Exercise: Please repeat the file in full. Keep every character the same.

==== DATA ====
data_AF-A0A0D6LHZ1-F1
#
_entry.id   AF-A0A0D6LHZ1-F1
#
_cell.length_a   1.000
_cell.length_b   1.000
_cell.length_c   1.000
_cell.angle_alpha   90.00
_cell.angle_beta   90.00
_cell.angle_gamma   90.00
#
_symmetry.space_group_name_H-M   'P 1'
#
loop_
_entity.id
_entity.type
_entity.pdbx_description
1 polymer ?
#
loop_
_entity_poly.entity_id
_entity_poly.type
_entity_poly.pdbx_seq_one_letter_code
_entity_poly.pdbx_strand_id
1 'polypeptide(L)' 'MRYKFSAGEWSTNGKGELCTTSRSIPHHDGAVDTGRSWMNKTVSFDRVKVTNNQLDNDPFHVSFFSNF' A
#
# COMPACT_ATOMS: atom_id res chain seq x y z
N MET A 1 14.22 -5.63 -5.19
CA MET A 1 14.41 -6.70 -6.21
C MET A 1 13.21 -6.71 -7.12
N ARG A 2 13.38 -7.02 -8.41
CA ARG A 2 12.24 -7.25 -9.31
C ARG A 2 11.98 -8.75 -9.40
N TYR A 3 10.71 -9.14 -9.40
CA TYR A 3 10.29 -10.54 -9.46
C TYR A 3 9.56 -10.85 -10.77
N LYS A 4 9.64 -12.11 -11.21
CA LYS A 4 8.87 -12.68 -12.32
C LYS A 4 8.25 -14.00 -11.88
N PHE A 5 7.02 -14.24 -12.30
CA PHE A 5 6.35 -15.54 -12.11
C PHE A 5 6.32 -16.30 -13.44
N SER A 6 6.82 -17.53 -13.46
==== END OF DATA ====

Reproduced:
data_AF-A0A0D6LHZ1-F1
#
_entry.id   AF-A0A0D6LHZ1-F1
#
_cell.length_a   1.000
_cell.length_b   1.000
_cell.length_c   1.000
_cell.angle_alpha   90.00
_cell.angle_beta   90.00
_cell.angle_gamma   90.00
#
_symmetry.space_group_name_H-M   'P 1'
#
loop_
_entity.id
_entity.type
_entity.pdbx_description
1 polymer ?
#
loop_
_entity_poly.entity_id
_entity_poly.type
_entity_poly.pdbx_seq_one_letter_code
_entity_poly.pdbx_strand_id
1 'polypeptide(L)' 'MRYKFSAGEWSTNGKGELCTTSRSIPHHDGAVDTGRSWMNKTVSFDRVKVTNNQLDNDPFHVSFFSNF' A
#
# COMPACT_ATOMS: atom_id res chain seq x y z
N MET A 1 14.22 -5.63 -5.19
CA MET A 1 14.41 -6.70 -6.21
C MET A 1 13.21 -6.71 -7.12
N ARG A 2 13.38 -7.02 -8.41
CA ARG A 2 12.24 -7.25 -9.31
C ARG A 2 11.98 -8.75 -9.40
N TYR A 3 10.71 -9.14 -9.40
CA TYR A 3 10.29 -10.54 -9.46
C TYR A 3 9.56 -10.85 -10.77
N LYS A 4 9.64 -12.11 -11.21
CA LYS A 4 8.87 -12.68 -12.32
C LYS A 4 8.25 -14.00 -11.88
N PHE A 5 7.02 -14.24 -12.30
CA PHE A 5 6.35 -15.54 -12.11
C PHE A 5 6.32 -16.30 -13.44
N SER A 6 6.82 -17.53 -13.46